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  • A/V outputs
    "Video or A/V outputs are fairly common on digital cameras

  • Aberration
    (1) Something that prevents light from being brought into sharp focus, disenabling the formation of a clear image. (2) Lens flaw - the inability of a lens to reproduce an accurate, focused, sharp image. Aberration in simple lenses is sub-categorized into seven types:
    Astigmatism - lines in some directions are focused less sharply than lines in other directions,
    Chromatic aberration or Axial chromatic aberration - different wavelengths of light coming into focus in front of and behind the film plane, resulting in points of light exhibiting a rainbow-like halo and reduction in sharpness,
    Coma - the image of a point source of light cannot be brought into focus, but has instead a comet shape,
    Curvilinear distortion - distortion consisting of curved lines,
    Field curvature - the image is incorrectly curved,
    Lateral chromatic aberration also known as Transverse chromatic aberration - variation in the magnification at the sides of a lens (this aberration type used to be termed lateral colour),
    Spherical aberration - variation in focal length of a lens from center to edge due to its spherical shape - generally all parts of the image, including its center.?The effects of lens aberration usually increase with increases in aperture or in angle of field.

  • Absolute colorimetric
    A rendering intent that aims to maintain colour accuracy at the expense of preserving relationships between colours, used to predict how images will appear when printed on paper or other substrate with a distinct colour cast, such as newsprint. With absolute colorimetric rendering intent, colours that falls inside the destination gamut remain unchanged, while out-of gamut colours are clipped. Colours are not scaled to the destination white point.

  • Achromatic
    Is a lens system that has been corrected for chromatic aberration.

  • Acutance
    A measure of the sharpness with which the film can produce the edge of an object.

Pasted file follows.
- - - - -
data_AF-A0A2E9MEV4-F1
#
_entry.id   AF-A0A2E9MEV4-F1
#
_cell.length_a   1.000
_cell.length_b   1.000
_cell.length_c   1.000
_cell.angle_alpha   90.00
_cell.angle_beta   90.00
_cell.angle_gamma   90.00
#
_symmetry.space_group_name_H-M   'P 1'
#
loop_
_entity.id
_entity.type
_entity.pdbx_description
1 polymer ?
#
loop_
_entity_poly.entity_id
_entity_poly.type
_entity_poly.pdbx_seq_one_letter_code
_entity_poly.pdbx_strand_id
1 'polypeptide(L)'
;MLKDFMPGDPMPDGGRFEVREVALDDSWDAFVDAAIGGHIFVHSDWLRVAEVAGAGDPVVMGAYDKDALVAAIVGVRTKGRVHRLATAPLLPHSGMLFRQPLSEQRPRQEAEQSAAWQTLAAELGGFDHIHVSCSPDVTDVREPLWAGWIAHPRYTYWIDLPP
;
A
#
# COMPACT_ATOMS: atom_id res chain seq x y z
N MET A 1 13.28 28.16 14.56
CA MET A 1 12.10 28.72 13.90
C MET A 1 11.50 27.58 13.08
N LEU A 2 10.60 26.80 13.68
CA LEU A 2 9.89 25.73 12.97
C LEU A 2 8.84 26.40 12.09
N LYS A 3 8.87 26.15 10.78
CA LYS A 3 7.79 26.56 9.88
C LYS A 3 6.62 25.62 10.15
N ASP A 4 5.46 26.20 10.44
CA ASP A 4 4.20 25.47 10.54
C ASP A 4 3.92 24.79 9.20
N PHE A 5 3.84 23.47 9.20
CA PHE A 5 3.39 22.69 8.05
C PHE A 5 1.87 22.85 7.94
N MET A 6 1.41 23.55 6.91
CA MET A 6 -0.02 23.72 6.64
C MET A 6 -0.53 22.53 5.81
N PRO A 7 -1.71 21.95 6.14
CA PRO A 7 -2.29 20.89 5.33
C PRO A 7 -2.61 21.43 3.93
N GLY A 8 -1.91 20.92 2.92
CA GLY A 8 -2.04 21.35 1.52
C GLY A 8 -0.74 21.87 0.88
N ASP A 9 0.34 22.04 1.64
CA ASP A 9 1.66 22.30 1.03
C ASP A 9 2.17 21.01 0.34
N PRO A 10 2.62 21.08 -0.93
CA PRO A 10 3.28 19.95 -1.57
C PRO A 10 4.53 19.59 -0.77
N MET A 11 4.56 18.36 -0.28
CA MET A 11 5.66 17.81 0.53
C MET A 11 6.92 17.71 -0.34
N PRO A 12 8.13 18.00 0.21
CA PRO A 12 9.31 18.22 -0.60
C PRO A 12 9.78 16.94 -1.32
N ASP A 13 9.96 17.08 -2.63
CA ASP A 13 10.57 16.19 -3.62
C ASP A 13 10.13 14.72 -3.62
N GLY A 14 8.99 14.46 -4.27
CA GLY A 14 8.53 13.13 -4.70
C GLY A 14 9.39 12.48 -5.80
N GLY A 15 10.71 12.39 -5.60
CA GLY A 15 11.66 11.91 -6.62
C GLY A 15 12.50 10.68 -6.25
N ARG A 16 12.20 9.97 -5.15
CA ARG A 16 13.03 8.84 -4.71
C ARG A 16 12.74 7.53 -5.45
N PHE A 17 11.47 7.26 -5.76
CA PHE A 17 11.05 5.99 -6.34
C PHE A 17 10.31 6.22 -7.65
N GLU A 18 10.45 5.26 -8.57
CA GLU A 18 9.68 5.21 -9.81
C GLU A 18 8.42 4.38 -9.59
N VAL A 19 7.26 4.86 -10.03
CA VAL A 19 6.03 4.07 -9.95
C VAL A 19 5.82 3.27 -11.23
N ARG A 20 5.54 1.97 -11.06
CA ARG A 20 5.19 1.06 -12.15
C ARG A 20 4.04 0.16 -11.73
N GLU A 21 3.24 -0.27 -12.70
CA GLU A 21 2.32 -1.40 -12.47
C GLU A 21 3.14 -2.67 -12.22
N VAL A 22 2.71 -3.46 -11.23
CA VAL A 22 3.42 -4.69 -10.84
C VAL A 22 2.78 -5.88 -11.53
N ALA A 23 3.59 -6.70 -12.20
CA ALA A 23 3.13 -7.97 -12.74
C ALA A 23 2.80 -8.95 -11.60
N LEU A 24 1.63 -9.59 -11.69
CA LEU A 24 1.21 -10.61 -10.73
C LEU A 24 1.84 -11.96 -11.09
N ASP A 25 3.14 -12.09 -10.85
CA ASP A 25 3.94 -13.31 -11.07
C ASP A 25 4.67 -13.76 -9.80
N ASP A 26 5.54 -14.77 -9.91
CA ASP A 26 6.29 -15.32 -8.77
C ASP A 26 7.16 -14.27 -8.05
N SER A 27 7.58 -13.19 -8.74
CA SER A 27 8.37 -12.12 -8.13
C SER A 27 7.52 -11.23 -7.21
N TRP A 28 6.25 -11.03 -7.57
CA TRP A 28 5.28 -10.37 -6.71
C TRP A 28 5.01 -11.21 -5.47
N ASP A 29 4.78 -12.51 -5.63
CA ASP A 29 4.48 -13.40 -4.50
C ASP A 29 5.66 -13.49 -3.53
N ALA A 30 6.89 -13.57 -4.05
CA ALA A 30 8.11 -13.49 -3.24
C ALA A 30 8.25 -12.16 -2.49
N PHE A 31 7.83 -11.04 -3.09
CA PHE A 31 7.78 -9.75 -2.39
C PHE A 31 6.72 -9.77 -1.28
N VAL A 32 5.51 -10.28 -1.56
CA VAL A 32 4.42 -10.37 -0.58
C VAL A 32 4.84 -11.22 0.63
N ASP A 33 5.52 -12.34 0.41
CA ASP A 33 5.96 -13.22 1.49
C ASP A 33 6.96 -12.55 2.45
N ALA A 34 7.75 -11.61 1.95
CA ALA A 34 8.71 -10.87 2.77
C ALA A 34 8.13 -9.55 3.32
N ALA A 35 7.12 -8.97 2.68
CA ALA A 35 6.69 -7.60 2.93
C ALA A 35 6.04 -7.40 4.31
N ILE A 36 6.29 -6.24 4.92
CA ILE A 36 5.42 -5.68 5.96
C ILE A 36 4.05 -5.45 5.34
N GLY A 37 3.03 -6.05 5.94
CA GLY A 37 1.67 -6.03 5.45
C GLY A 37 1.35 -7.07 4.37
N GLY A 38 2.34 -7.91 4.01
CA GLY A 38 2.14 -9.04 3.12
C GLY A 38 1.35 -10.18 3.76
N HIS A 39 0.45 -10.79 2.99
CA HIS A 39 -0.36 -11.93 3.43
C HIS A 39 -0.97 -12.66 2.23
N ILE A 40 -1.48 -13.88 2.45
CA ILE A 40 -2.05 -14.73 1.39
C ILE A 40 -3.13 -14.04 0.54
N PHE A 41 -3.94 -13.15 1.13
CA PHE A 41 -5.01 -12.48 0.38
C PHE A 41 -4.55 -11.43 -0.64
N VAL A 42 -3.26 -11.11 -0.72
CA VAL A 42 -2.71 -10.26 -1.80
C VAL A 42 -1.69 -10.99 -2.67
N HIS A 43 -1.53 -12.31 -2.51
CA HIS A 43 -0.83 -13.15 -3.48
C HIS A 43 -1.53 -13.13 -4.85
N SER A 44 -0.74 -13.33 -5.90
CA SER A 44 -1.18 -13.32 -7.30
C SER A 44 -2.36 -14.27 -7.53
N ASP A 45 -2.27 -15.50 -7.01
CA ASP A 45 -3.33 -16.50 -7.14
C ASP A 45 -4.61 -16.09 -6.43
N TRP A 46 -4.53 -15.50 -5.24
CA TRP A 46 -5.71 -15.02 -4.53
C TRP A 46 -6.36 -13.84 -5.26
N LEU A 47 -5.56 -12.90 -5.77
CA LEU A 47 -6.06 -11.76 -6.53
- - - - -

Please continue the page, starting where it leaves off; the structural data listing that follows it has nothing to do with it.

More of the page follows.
• AD conversion
    Analog-Digital Conversion. In order to process a continuous analog signal in a computer (e.g. a photo), it must first be digitized, which means, converted into a specific mathematical format of binary code. Pictures are usually digitized with the help of a digital camera or a scanner.

  • Adaptive compression
    A type of compression software commonly used to back up files. The method of compression changes with the type of file, and is not recommended for photographic images because it may destroy original data.

  • Additive colour model
    The color model in which colours are produced by combining various percentages of red, green, and blue light. In the additive colour model, white is produced by mixing 100% of each primary, whereas black is produced the absence (i.e., 0%) of each primary. The additive colour model is used by computer monitors to produce their display.

  • additive primaries
    Red, green, and blue light that produce white light when added together.

  • Additive primary colours
    "Red, Green, Blue

  • Adobe colour engine (ACE)
    The colour management model created by Adobe Systems, Incorporated that is the default conversion engine used for ICC colour-managed colour conversions with Adobe applications.

  • Adobe RGB (1998)
    The RGB working space created by Adobe Systems, incorporated that provides a fairly large gamut of colours and is well-suited for documents that will be converted to CMYK

  • Aliasing
    "When a line or any shape (curve, circle or font text character) is painted, and its edges are not perfectly horizontal or vertical, some pixels are only partially covered. The resulting jagged-edged lines are said to be aliased. Aliasing gives lines a "stair-step" or "jaggie" appearance. The greater the number of dots or pixels on your display, the higher the display resolution, and the less noticeable aliasing is to the human eye."

  • Ambient light
    The natural light in a scene.

  • Analog to digital (A/D) converters
    A device which converts an analog signal into a digital signal. Complex waveforms are converted into simple strings of numbers.

  • Aperture
    The size of the lens opening, which regulates how much light passes through the lens to hit the CCD. Aperture is measured in f-stops. A higher number equals a smaller amount of light. Some digital cameras (such as digital SLR cameras) allow a user to manually adjust the aperture setting.

  • Application
    A computer program, such as an image editor or image browser.

  • Archival
    The ability of a material, including some printing papers and compact discs, to last for many years.

  • Artifact
    Colour faults or line faults that visibly impact the image negatively. Any visible degradation of an image caused by scanning, editing or compressing the image. Often artifacts are regular or repeating, rather than random.

  • ASCII
    (American Standard Code for Infor-mation Interchange) A standard format for representing data or text in 8-bit chunks.

  • Astigmatism
    A lens aberration or defect that is caused by the inability of a single lens to focus oblique rays uniformly. Astigmatism causes an object point to appear as a linear or oval-shaped image.